US psychiatry gets makeover in new manual
The latest makeover to a massive psychiatric tome honored by some, reviled by others and even called the "Bible" of mental disorders is being released Saturday with a host of new changes.
The first major revamp in more than 20 years of the Diagnostic and Statistical Manual of Mental Disorders, or DSM-5, will be unveiled in San Francisco at the annual meeting of the American Psychiatry Association.
Hoarding, gambling and marijuana withdrawal are among the newly expanded disorders contained in the fifth revision of the 947-page reference book.
Other categories have been redesigned, such as autism spectrum disorder, which is now the sole title for a range of previously separate diagnoses that used to include Asperger's, autistic and childhood disintegrative disorder.
The revision is based on new insights from research since the last version of the manual was published in 1990.
The book offers experts a common language for diagnosing mental disorders, and can play a role in what health insurance covers and does not.
The director of the National Institute of Mental Health, Thomas Insel, acknowledged that many of the changes were "contentious" but said "the final product involves mostly modest alterations of the previous edition."
However, the book and its changes have generated plenty of controversy, with critics saying it has the power to make certain common struggles into diagnosable disorders, possibly leading to overmedication of the population.
An early version of the DSM manual described homosexuality as a mental disorder, but that was eliminated in 1973.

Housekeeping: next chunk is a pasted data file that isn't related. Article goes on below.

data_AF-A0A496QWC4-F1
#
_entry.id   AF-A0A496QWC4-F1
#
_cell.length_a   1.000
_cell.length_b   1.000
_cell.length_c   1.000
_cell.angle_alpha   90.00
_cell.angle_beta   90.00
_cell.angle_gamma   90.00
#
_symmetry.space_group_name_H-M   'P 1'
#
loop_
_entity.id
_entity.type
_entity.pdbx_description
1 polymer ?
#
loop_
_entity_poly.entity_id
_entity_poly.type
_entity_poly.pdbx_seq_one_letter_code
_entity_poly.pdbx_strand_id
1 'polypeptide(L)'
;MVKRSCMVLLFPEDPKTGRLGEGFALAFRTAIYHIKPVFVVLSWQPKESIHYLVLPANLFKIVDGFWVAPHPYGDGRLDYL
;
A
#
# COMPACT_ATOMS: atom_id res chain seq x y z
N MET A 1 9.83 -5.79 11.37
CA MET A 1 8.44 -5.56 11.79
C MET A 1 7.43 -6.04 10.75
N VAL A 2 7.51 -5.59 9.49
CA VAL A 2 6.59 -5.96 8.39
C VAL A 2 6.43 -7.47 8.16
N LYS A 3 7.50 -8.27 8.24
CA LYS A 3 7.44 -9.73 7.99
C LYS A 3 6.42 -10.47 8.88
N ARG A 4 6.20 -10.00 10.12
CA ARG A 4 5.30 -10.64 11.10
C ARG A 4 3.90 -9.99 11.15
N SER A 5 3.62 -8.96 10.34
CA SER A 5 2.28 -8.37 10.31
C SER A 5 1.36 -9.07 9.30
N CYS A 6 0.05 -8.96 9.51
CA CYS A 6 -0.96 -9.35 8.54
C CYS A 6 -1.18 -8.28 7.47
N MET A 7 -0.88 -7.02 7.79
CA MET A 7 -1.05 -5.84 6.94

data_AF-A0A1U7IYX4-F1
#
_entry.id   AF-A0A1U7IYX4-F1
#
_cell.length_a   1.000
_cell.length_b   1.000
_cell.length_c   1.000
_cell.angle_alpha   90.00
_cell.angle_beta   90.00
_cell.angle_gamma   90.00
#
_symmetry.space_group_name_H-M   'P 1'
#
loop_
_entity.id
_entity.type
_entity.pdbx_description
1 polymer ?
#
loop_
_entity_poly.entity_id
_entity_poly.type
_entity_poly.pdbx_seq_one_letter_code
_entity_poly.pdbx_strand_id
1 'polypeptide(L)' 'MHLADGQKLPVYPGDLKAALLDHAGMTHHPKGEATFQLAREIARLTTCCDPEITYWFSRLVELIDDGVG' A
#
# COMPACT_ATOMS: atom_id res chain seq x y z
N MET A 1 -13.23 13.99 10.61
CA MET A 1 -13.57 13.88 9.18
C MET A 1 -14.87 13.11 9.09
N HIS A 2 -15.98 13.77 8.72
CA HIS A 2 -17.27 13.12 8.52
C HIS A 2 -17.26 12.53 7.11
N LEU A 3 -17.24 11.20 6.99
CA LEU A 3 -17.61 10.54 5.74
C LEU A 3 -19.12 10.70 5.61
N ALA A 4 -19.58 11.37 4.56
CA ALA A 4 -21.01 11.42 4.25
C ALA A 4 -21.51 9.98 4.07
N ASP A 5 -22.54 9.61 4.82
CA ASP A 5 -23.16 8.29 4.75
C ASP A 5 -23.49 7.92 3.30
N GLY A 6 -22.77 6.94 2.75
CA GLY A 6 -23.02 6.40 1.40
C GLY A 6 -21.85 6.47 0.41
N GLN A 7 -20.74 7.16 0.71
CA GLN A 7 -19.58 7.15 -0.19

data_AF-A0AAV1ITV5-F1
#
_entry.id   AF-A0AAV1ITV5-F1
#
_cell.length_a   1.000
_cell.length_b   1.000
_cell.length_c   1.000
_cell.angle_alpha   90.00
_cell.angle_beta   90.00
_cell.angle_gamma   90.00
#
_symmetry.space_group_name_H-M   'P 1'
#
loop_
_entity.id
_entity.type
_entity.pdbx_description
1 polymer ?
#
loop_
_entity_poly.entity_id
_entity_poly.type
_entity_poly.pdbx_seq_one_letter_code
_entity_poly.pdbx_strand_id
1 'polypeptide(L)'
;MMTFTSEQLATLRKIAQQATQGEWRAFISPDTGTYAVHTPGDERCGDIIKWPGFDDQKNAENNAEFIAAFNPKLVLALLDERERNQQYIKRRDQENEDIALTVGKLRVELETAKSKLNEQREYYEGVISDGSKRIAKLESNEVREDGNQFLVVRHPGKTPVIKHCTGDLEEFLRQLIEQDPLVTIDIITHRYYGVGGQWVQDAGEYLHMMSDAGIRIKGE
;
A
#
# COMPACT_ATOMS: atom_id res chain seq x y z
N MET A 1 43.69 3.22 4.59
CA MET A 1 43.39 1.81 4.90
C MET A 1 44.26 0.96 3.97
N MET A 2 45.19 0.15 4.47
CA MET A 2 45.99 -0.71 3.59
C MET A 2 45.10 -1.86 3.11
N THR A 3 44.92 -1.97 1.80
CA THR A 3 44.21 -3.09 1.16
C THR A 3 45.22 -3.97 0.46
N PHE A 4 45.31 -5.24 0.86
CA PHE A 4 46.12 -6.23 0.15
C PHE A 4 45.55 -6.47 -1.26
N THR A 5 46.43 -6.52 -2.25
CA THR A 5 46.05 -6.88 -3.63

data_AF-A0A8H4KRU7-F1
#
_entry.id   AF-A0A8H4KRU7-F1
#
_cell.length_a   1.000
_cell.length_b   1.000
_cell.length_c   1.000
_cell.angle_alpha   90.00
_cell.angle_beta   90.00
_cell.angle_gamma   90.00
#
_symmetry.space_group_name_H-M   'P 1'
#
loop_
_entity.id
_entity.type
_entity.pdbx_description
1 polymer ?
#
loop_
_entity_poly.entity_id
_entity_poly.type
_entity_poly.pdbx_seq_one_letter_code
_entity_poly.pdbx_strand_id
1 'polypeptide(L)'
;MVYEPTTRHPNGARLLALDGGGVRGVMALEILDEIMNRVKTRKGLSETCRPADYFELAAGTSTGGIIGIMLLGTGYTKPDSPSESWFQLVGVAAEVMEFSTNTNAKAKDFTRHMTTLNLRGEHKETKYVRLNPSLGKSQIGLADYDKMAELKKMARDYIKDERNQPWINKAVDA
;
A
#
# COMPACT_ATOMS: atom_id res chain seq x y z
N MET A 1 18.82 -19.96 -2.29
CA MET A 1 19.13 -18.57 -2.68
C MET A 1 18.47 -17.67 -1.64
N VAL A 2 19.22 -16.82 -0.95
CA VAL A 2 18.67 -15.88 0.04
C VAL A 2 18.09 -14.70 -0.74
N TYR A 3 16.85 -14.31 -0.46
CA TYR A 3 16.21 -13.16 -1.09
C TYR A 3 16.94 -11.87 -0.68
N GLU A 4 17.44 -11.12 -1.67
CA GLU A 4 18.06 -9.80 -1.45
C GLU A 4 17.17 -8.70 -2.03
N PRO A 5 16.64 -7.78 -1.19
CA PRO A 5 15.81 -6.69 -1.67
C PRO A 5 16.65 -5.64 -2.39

In the new version, post-traumatic stress disorder will no longer be considered an anxiety disorder but will be classed under the chapter on trauma and stressor-related disorders.
In a bid to reduce incorrect diagnoses and prescriptions of anti-psychotic medication to children as young as two, the manual has created a new category for "disruptive mood dysregulation disorder," for hostility and outbursts beyond regular tantrums but not to the level of bipolar disorder.
Other changes include the removal of the grief-exclusion, which had said that people who have lost a loved one were not to be diagnosed with major depression, meaning the newly bereaved can now be diagnosed as depressed.
Gambling addiction is now included in the Substance Use Disorders chapter for the first time, and marijuana withdrawal will be considered a symptom of addictive disease.
Attention deficit hyperactivity disorder has been changed to include youths who show symptoms before age 12 instead of seven, and in adults five symptoms are required for diagnosis instead of six.
"Later age of onset and reduction in symptom counts in adults should lead to more accurate diagnosis," said Jeffrey Newcorn, director of the Division of Child and Adolescent Psychiatry at Mount Sinai Hospital.
"Although there will no doubt be concerns that the new criteria will lead to an increase in prevalence rates, the revised criteria should better align with clinical realities and support best treatment practices."
Obsessive-compulsive disorder has its own category for the first time, and includes the new hoarding disorder as well as body dysmorphic disorder and trichotillomania, or hair-pulling, which used to be considered impulse-control disorders.
Even though the DSM has generated plenty of discussion, the top US mental health official said its days as a guide for the psychiatry field may be nearing an end.
"While DSM has been described as a 'Bible' for the field, it is, at best, a dictionary, creating a set of labels and defining each," Insel wrote in a blog post in late April.
He said the focus of research should be on emerging research, not on the symptom clusters outlined in the DSM's categories.
"In the rest of medicine, this would be equivalent to creating diagnostic systems based on the nature of chest pain or the quality of fever," he wrote. "Symptoms alone rarely indicate the best course of treatment."
© 2013 AFP